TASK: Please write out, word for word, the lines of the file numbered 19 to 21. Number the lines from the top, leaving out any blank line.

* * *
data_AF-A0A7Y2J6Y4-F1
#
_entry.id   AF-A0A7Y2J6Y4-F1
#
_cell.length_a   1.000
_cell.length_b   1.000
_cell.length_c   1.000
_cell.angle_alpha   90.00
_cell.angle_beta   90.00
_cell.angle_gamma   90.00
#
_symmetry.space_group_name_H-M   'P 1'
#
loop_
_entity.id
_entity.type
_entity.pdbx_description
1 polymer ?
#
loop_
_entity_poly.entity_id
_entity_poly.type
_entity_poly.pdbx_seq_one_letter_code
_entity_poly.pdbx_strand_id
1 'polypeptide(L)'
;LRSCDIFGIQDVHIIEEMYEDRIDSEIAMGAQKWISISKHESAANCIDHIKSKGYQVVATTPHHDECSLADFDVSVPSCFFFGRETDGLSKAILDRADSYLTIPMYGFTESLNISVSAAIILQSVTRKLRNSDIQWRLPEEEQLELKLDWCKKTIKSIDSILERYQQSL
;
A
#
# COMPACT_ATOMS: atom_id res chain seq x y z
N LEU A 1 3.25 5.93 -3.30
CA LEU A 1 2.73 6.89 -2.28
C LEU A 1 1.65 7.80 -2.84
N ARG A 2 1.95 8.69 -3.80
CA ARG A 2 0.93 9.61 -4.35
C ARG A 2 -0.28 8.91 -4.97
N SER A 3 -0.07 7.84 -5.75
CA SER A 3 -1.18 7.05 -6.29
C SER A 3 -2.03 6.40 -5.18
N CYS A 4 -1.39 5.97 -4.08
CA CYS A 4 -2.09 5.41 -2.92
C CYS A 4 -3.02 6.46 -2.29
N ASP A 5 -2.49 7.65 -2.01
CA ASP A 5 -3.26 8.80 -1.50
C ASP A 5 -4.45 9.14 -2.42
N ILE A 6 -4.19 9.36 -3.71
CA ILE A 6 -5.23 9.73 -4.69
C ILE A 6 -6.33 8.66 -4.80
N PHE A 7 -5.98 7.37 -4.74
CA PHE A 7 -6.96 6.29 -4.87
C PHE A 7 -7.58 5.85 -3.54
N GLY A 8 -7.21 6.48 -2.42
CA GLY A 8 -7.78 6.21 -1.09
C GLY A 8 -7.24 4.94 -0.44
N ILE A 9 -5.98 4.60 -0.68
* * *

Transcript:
#
loop_
_entity_poly.entity_id